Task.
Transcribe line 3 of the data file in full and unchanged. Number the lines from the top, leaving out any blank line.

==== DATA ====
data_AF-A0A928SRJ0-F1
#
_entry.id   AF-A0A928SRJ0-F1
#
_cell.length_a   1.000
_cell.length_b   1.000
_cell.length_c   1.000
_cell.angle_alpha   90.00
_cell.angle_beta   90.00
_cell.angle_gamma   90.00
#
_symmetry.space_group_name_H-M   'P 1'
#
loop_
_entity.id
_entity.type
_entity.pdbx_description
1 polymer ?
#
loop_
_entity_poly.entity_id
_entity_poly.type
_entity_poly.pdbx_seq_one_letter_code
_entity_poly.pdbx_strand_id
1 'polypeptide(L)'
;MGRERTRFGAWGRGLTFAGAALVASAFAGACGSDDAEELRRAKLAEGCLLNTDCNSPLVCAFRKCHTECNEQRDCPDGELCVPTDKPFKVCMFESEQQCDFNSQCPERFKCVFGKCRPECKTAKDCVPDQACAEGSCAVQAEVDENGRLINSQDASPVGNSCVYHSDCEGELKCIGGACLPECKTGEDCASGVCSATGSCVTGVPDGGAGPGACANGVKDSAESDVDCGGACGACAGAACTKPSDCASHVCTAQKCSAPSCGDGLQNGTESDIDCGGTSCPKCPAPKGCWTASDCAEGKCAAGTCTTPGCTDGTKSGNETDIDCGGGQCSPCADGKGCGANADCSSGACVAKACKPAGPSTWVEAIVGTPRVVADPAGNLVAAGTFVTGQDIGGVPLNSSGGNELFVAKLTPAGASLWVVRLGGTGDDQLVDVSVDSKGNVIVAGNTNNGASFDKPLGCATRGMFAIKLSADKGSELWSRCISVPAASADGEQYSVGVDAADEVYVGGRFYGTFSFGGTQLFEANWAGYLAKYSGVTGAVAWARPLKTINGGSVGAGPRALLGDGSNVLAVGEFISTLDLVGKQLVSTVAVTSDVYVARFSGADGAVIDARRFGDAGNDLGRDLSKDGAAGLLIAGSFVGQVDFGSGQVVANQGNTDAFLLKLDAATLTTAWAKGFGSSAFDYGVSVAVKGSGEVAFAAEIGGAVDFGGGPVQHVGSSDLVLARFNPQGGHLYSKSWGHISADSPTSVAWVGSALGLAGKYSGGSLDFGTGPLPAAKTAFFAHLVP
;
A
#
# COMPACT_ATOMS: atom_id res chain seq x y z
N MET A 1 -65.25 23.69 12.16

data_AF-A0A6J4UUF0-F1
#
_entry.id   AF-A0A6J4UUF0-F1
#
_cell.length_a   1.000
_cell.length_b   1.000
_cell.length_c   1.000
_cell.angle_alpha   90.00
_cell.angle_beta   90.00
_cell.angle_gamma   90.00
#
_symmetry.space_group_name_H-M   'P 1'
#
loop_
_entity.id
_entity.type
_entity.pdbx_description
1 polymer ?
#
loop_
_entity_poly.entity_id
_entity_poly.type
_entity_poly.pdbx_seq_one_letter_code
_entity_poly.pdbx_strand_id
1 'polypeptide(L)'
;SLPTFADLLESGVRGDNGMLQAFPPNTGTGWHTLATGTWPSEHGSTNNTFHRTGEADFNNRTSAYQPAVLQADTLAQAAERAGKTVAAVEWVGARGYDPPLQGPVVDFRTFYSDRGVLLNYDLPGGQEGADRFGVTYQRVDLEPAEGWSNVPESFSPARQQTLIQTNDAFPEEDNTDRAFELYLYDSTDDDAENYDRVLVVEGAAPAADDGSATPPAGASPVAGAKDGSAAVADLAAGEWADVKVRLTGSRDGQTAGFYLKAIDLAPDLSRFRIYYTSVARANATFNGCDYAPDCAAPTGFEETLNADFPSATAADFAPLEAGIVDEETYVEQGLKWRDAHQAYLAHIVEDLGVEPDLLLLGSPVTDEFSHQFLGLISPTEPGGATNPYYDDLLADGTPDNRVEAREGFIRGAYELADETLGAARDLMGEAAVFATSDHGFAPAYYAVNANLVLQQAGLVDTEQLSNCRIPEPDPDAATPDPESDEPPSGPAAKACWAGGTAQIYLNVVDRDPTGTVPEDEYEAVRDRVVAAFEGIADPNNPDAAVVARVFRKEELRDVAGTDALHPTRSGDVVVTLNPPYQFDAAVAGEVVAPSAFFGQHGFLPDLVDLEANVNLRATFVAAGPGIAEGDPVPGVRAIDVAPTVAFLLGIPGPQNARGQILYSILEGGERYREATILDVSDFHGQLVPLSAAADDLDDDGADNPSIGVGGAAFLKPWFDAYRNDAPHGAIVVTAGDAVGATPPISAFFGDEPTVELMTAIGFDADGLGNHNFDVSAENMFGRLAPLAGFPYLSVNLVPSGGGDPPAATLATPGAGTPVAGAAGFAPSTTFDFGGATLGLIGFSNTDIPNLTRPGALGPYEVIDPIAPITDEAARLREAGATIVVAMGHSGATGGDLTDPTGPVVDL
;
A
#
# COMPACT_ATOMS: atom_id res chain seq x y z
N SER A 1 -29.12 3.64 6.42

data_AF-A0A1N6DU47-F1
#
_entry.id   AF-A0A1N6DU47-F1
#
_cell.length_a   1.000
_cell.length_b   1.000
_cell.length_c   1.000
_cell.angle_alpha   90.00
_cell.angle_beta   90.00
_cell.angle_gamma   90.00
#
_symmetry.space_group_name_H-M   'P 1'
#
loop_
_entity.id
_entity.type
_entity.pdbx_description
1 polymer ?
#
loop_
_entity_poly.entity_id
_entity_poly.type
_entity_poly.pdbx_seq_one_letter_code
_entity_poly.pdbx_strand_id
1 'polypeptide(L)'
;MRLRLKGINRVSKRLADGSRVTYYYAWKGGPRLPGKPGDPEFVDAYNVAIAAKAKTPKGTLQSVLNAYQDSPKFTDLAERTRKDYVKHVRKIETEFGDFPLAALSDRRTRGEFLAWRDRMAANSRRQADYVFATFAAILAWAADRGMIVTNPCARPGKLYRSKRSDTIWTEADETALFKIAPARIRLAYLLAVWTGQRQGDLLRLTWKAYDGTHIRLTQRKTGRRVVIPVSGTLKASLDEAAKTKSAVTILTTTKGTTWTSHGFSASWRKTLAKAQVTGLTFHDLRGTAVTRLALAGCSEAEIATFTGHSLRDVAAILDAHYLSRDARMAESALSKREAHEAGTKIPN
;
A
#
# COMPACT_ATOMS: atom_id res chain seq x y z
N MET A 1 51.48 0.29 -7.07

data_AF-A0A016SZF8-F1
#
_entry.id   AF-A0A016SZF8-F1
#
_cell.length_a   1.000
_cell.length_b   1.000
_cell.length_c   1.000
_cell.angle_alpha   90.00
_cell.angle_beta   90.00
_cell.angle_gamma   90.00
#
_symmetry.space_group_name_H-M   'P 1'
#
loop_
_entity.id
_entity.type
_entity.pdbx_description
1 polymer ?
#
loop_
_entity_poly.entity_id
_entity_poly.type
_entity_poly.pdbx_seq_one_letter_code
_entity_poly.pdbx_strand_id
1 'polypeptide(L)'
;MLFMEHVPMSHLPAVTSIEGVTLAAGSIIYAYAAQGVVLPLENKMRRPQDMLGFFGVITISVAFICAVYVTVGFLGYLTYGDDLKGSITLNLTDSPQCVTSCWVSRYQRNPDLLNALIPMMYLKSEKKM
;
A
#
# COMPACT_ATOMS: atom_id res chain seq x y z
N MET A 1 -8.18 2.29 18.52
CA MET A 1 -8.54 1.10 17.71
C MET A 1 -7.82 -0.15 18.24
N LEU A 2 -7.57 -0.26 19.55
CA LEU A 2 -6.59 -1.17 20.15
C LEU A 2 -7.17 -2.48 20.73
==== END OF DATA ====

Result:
_entry.id   AF-A0A928SRJ0-F1